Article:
- The Great Debate: Organize a classroom debate about a sexual health issue (preferably an issue relating to current events). Students can split into two teams, with each team researching and preparing to argue one side of the issue. Students can take on different roles, such as researcher, debater, and moderator. This can help students better understand social issues, and develop their own informed opinions about the subject.
- Breaking Down Myths: Have each student write and design a bumper sticker that focuses on busting a common myth about pregnancy, teen parenthood, or STD prevention. Students can come up with creative slogans and eye-catching designs for their stickers. Slogans should focus on abstinence as the best method of avoiding pregnancy and STDs.
- Differing Expectations: Discuss with the class the role that gender plays in dating relationships. To facilitate this, generate two lists as a class: one of ways boys are “supposed to” act and what they’re “supposed to” want and do the same for girls. Some examples for the lists might be: boys are supposed to want sex on a first date or girls are supposed to be the ones to say no. Ask students to explain why these stereotypes are not true. And discuss how these stereotypes can hurt both sexes when it comes to making smart decisions about sex.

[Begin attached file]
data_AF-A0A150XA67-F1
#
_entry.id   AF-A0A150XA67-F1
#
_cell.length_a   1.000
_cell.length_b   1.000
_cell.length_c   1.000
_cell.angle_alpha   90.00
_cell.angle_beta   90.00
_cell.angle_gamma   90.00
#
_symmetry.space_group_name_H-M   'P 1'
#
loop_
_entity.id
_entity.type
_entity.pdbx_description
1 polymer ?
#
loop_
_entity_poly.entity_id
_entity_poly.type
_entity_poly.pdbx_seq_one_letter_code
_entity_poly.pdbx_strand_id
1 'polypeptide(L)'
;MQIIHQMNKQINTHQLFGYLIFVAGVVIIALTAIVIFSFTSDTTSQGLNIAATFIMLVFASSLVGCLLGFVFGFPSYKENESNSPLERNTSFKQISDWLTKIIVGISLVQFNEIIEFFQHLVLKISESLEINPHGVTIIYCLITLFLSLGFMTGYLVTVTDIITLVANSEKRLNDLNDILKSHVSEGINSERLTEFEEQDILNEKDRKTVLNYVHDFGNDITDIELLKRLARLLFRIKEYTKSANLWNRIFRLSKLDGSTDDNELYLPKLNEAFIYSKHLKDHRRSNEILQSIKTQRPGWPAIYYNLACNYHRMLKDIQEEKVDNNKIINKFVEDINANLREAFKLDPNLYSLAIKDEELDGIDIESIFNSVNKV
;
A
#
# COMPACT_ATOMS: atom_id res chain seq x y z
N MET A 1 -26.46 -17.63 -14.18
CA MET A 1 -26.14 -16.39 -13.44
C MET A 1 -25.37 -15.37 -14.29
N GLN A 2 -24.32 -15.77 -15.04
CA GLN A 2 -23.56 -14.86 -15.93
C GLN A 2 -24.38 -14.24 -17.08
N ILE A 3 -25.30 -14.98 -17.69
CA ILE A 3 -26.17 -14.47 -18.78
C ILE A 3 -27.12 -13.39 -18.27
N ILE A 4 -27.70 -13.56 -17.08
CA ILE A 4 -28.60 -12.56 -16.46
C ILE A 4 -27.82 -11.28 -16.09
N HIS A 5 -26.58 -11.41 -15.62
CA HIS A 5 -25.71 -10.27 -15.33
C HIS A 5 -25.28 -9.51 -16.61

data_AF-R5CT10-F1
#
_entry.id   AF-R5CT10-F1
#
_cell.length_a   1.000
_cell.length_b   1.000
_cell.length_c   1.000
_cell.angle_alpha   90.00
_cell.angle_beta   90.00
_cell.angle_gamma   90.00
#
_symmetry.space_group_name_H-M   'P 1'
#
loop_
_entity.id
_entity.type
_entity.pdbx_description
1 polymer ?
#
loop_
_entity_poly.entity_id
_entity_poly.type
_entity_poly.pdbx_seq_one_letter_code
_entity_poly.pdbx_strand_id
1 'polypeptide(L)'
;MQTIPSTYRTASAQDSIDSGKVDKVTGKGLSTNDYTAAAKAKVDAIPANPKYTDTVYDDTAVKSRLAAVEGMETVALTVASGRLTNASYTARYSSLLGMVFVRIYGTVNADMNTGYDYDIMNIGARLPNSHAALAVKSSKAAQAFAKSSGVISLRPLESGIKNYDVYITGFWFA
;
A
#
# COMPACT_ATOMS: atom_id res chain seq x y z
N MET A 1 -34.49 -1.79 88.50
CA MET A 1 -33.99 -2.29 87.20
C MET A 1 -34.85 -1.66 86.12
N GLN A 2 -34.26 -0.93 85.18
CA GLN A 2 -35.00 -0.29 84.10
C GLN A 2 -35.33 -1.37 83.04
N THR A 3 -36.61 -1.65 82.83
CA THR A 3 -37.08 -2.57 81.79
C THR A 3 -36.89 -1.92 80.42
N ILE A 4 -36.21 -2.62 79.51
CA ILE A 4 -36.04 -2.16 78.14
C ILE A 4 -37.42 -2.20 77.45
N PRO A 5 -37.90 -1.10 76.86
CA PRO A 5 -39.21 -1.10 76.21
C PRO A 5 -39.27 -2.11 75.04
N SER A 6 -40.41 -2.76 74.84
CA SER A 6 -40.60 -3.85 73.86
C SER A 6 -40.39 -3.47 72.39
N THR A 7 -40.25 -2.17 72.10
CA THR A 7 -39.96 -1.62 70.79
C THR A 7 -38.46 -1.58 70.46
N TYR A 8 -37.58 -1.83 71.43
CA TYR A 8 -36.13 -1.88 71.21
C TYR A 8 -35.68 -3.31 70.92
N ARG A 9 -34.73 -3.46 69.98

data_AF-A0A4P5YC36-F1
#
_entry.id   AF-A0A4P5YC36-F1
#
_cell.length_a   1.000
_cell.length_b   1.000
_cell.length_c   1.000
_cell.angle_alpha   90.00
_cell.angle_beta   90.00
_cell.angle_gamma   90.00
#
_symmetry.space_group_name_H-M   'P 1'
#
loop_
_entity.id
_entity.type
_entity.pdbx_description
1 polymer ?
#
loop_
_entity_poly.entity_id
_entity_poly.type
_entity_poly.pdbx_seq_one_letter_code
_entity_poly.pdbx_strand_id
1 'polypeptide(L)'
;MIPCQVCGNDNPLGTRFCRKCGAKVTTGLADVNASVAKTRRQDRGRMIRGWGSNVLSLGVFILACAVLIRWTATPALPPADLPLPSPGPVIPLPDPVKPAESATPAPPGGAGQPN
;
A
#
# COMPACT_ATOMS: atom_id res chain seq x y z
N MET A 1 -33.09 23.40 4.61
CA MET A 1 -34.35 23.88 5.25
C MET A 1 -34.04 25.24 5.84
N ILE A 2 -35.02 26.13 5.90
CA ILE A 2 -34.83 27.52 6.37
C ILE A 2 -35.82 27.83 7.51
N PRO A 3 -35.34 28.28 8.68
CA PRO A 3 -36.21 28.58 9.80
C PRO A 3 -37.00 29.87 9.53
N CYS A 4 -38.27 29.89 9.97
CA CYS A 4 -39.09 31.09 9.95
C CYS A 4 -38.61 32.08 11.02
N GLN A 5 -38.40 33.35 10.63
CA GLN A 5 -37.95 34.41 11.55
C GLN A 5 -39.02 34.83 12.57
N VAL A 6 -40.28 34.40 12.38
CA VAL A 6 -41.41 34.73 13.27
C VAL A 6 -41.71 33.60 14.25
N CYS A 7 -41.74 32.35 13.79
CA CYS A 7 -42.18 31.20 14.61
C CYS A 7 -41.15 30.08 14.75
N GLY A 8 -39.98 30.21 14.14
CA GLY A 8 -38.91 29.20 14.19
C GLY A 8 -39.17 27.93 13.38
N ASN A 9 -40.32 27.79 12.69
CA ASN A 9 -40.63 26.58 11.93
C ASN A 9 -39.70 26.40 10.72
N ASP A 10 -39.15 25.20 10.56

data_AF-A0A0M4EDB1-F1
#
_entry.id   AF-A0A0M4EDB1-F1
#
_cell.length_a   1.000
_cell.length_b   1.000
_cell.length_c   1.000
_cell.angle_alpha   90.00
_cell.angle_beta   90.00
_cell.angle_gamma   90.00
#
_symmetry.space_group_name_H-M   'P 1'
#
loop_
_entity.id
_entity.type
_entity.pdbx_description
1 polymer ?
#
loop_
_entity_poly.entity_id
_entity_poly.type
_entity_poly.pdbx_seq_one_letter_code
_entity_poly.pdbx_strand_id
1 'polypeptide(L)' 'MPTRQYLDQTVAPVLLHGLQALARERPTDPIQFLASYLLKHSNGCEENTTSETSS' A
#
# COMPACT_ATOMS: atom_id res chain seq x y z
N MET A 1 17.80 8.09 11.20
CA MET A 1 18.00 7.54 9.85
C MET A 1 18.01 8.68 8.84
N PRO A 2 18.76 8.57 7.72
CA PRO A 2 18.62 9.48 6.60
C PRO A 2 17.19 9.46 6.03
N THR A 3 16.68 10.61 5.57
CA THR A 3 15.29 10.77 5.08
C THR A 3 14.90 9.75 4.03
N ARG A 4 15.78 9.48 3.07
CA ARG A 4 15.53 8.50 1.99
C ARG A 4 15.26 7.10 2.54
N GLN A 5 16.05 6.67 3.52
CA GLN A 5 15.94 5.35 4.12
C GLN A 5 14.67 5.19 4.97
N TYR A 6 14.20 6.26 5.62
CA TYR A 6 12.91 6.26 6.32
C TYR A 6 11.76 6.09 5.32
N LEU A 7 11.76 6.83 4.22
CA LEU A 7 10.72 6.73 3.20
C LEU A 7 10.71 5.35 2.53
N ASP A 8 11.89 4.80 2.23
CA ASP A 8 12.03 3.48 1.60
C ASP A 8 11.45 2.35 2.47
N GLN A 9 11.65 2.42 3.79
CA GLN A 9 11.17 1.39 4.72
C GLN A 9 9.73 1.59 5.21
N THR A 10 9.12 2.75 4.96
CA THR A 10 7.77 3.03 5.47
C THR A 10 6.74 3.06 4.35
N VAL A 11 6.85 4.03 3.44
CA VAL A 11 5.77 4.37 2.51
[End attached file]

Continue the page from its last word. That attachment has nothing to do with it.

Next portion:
- Letter to The Editor: Ask students to list the magazines they read on a regular basis. Choose several appropriate magazines from this group, and have students bring in samples for the class to look at. Call attention to the ads and articles dealing with sex or depicting sexual attraction. Have students discuss such questions as: Is this an accurate representation of most of the people who read this magazine? Does this ad/article promote unrealistic ideals of beauty/wealth? Does this ad/article promote a realistic view of sex? Are safer sex measures or abstinence portrayed or discussed in a positive way? Once the class has discussed these issues, have each student write a letter expressing his or her opinions to the editor of one of the magazines.
- Your Hero: have students write a short report on their own personal hero. Their hero can be someone they know (like a parent) or a famous person. Students can focus their reports on these questions: What qualities do you admire most about this person? Are the things you admire in your hero things you could achieve? How could you achieve goals similar to those of your hero? And how could abstinence help you?
- Interview: Have each student interview his or her parents or a friend’s parents about what makes their relationship work. Students can ask such questions as: How did you know that your partner was the one for you? What do you like best about each other? What was the most romantic thing your partner ever did for you? How do you work out your differences? Can you give an example? Students can write up their report in the form of a magazine celebrity interview.